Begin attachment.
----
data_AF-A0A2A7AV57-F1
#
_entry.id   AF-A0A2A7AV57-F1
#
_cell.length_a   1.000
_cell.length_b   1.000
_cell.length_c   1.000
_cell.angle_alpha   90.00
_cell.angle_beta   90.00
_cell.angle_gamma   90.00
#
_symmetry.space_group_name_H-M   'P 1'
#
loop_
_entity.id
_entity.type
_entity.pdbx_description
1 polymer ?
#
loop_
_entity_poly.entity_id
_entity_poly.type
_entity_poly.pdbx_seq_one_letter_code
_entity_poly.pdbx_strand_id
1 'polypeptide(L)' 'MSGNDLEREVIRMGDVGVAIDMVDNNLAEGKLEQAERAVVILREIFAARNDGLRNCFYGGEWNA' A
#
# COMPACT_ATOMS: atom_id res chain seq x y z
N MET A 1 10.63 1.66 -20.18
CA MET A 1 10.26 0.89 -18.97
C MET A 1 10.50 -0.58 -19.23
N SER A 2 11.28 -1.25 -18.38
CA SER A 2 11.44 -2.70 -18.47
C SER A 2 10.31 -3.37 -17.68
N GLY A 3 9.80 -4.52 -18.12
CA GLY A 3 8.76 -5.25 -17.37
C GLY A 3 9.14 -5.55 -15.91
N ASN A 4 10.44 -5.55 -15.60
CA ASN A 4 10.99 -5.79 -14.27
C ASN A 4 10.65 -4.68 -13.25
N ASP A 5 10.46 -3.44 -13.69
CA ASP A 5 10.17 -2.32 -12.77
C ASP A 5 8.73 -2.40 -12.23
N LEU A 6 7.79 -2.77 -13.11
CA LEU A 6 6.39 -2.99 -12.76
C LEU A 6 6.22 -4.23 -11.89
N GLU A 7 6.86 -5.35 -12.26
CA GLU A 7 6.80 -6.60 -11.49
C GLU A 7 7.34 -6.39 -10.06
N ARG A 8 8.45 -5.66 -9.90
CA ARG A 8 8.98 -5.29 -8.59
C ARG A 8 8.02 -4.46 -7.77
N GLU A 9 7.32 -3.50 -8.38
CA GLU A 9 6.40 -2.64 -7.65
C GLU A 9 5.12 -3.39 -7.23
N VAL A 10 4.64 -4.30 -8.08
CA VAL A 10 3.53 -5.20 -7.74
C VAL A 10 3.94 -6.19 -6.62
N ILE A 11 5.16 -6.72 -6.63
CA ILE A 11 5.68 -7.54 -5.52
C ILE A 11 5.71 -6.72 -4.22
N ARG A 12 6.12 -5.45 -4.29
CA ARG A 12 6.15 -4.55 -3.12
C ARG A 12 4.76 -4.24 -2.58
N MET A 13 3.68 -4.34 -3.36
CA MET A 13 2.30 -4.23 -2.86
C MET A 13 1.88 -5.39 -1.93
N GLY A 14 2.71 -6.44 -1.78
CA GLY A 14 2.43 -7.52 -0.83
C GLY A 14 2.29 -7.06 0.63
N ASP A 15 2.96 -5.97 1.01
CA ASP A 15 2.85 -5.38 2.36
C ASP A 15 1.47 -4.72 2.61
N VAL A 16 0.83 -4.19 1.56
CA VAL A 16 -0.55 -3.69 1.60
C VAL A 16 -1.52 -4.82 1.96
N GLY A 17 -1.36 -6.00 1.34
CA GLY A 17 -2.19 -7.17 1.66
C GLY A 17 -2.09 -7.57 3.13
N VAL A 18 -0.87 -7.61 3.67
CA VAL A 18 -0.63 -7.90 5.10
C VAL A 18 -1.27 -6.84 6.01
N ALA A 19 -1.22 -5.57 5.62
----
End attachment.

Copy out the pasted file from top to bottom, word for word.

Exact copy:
data_AF-A0A2A7AV57-F1
#
_entry.id   AF-A0A2A7AV57-F1
#
_cell.length_a   1.000
_cell.length_b   1.000
_cell.length_c   1.000
_cell.angle_alpha   90.00
_cell.angle_beta   90.00
_cell.angle_gamma   90.00
#
_symmetry.space_group_name_H-M   'P 1'
#
loop_
_entity.id
_entity.type
_entity.pdbx_description
1 polymer ?
#
loop_
_entity_poly.entity_id
_entity_poly.type
_entity_poly.pdbx_seq_one_letter_code
_entity_poly.pdbx_strand_id
1 'polypeptide(L)' 'MSGNDLEREVIRMGDVGVAIDMVDNNLAEGKLEQAERAVVILREIFAARNDGLRNCFYGGEWNA' A
#
# COMPACT_ATOMS: atom_id res chain seq x y z
N MET A 1 10.63 1.66 -20.18
CA MET A 1 10.26 0.89 -18.97
C MET A 1 10.50 -0.58 -19.23
N SER A 2 11.28 -1.25 -18.38
CA SER A 2 11.44 -2.70 -18.47
C SER A 2 10.31 -3.37 -17.68
N GLY A 3 9.80 -4.52 -18.12
CA GLY A 3 8.76 -5.25 -17.37
C GLY A 3 9.14 -5.55 -15.91
N ASN A 4 10.44 -5.55 -15.60
CA ASN A 4 10.99 -5.79 -14.27
C ASN A 4 10.65 -4.68 -13.25
N ASP A 5 10.46 -3.44 -13.69
CA ASP A 5 10.17 -2.32 -12.77
C ASP A 5 8.73 -2.40 -12.23
N LEU A 6 7.79 -2.77 -13.11
CA LEU A 6 6.39 -2.99 -12.76
C LEU A 6 6.22 -4.23 -11.89
N GLU A 7 6.86 -5.35 -12.26
CA GLU A 7 6.80 -6.60 -11.49
C GLU A 7 7.34 -6.39 -10.06
N ARG A 8 8.45 -5.66 -9.90
CA ARG A 8 8.98 -5.29 -8.59
C ARG A 8 8.02 -4.46 -7.77
N GLU A 9 7.32 -3.50 -8.38
CA GLU A 9 6.40 -2.64 -7.65
C GLU A 9 5.12 -3.39 -7.23
N VAL A 10 4.64 -4.30 -8.08
CA VAL A 10 3.53 -5.20 -7.74
C VAL A 10 3.94 -6.19 -6.62
N ILE A 11 5.16 -6.72 -6.63
CA ILE A 11 5.68 -7.54 -5.52
C ILE A 11 5.71 -6.72 -4.22
N ARG A 12 6.12 -5.45 -4.29
CA ARG A 12 6.15 -4.55 -3.12
C ARG A 12 4.76 -4.24 -2.58
N MET A 13 3.68 -4.34 -3.36
CA MET A 13 2.30 -4.23 -2.86
C MET A 13 1.88 -5.39 -1.93
N GLY A 14 2.71 -6.44 -1.78
CA GLY A 14 2.43 -7.52 -0.83
C GLY A 14 2.29 -7.06 0.63
N ASP A 15 2.96 -5.97 1.01
CA ASP A 15 2.85 -5.38 2.36
C ASP A 15 1.47 -4.72 2.61
N VAL A 16 0.83 -4.19 1.56
CA VAL A 16 -0.55 -3.69 1.60
C VAL A 16 -1.52 -4.82 1.96
N GLY A 17 -1.36 -6.00 1.34
CA GLY A 17 -2.19 -7.17 1.66
C GLY A 17 -2.09 -7.57 3.13
N VAL A 18 -0.87 -7.61 3.67
CA VAL A 18 -0.63 -7.90 5.10
C VAL A 18 -1.27 -6.84 6.01
N ALA A 19 -1.22 -5.57 5.62